Flexible personal loans: is it worth paying extra?


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Both Halifax and Lloyds Bank launched 'flexible personal loans last week, but are the extra features worth the extra cost?

The first few weeks of 2014 have seen lenders engage in a personal loans price war.

Best buy rates have fallen to just 4.5% on loans between £7,500 and £15,000 repaid over three years with Sainsbury's Bank. But not all lenders are competing on price; some are trying to entice borrowers with flexible features instead.

Halifax's Clarity Loan

Halifax's Clarity Loan offers borrowers the ability to make additional payments and repay their loan early at any time without incurring any additional charges. The bank claims it's "one of the first major high street banks that allows customers to pay off their loan early for free."

The loan's headline rate is 5.9% for amounts between £7,000 and £15,000 repaid between one and seven years.

If you borrowed £7,500 over five years you'd pay £144.27 a month. That equates to £8,656.20 in total, including an interest bill of £1,156.20.

Borrowers making overpayments can both save on the total interest they pay and pay off the loan quicker.

It's worth pointing out that the Halifax Clarity Loan isn't available to everyone – you'll need to have a current account, mortgage, savings, credit card or loan with Halifax to be eligible.

Lloyds' Flexible Loan

Lloyds' Flexible Loan offers similar features to Halifax's Clarity Loan. Customers who take out the Flexible Loan will be able to make as many additional payments as they like and repay their loan at any time without any additional interest charges.

The headline rate for the Flexible Loan is 7.4%, so 1.5% higher than Halifax's offering. However if you've held a current account with Lloyds for more than five years it will knock 1% off this rate, bringing it down to 6.4%.

Flexible Loans are available for amounts between £7,500 and £25,000 over one to five years and you'll need to have held a Lloyds current account for at least three months to qualify.

Customers borrowing £7,500 over five years at 6.4% would pay £145.92 a month, making a total of £8,755.20 including a total interest bill of £1,255.20.

How do rates compare?

Elsewhere in the personal loans market, rates have dropped to an all-time low as lenders compete for business.

Sainsbury's Bank this week reduced the headline rate on its personal loans between £7,500 and £15,000 to just 4.5% on repayment terms of one to three years. Terms of four to five years have an advertised rate of 4.6%.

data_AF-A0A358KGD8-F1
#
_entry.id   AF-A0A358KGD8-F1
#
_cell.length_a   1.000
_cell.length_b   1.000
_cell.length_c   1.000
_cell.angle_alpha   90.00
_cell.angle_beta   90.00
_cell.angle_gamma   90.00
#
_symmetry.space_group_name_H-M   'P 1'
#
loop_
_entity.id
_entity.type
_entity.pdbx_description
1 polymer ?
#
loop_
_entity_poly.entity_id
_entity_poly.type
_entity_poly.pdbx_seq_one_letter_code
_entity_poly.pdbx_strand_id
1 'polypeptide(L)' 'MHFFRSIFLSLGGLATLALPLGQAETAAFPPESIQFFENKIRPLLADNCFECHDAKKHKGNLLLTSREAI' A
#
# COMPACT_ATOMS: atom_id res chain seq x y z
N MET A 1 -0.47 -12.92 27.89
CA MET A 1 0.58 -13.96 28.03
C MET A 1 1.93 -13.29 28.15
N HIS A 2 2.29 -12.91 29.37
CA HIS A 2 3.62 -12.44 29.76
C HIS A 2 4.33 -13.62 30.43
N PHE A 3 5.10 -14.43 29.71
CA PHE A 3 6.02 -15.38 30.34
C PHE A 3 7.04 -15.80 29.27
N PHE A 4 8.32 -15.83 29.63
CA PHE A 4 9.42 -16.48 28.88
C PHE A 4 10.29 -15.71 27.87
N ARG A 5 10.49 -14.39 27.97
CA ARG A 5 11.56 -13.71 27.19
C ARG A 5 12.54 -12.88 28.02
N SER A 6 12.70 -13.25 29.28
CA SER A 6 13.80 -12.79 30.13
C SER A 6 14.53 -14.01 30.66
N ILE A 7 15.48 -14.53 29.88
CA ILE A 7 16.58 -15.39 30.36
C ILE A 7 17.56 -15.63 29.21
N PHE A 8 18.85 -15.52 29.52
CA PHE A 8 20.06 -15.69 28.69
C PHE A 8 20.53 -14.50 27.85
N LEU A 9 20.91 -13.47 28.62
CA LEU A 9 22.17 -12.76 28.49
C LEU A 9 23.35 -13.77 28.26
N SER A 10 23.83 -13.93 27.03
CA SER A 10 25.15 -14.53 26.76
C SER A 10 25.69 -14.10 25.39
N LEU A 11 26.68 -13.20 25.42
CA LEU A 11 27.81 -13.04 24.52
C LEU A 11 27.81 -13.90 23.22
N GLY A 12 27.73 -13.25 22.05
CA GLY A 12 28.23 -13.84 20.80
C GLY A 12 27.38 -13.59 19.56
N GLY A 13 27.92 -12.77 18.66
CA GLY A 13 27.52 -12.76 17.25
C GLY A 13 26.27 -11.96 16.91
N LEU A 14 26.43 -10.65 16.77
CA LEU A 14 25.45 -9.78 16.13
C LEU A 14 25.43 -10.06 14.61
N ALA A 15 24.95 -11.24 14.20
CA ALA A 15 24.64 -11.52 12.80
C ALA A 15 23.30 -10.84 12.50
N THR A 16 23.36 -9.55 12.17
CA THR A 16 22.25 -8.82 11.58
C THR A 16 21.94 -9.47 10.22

A £7,500 loan repaid over five years at 4.6% would cost £139.84 a month, equating to a total of £8,390.40 including a total interest bill of £890.40.

This means you'd save £364.80 in interest payments than if you took the Lloyds loan. Compared to the Halifax loan you'd save £265.80.

However, like Lloyds and Halifax, Sainsbury's Bank is only offering its best rates to loyal customers: you'll need to have a Nectar card and have used it either in-store or online at Sainsbury's in the past six months.

Elsewhere M&S Bank, Clydesdale Bank, Yorkshire Bank, Zopa, Tesco Bank and AA all have deals for between 4.7 and 4.9%.

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Charges for settling loans early

Most personal loans, including Sainsbury's latest offering, are subject to a settlement fee if you want to repay the loan early.

Under the Consumer Credit (Early Settlement) Regulations 2004 lenders can charge up to 58 days' interest on the amount remaining if you wish to pay off the loan in full before the end of your agreed term.

This means some borrowers could end up paying charges that outweigh the money they would have saved in interest by paying off the loan early, particularly if they are repaying a large sum.

In addition, if you make an overpayment totalling more than £8,000 in any given 12-month period, providers can also charge up to 1% of the amount you have overpaid.

Is it worth paying extra for flexible features?

Whether it's worth paying a higher interest rate for the flexible features offered by Lloyds or Halifax comes down to the likelihood of whether you'll use them.

If you think it's likely you'll want to make overpayments or pay off the whole loan early then it might be worth the extra cost. However, if you don't expect to have any more spare cash then normal during the loan's term, you'll be better off just going for the lowest rate you can get.

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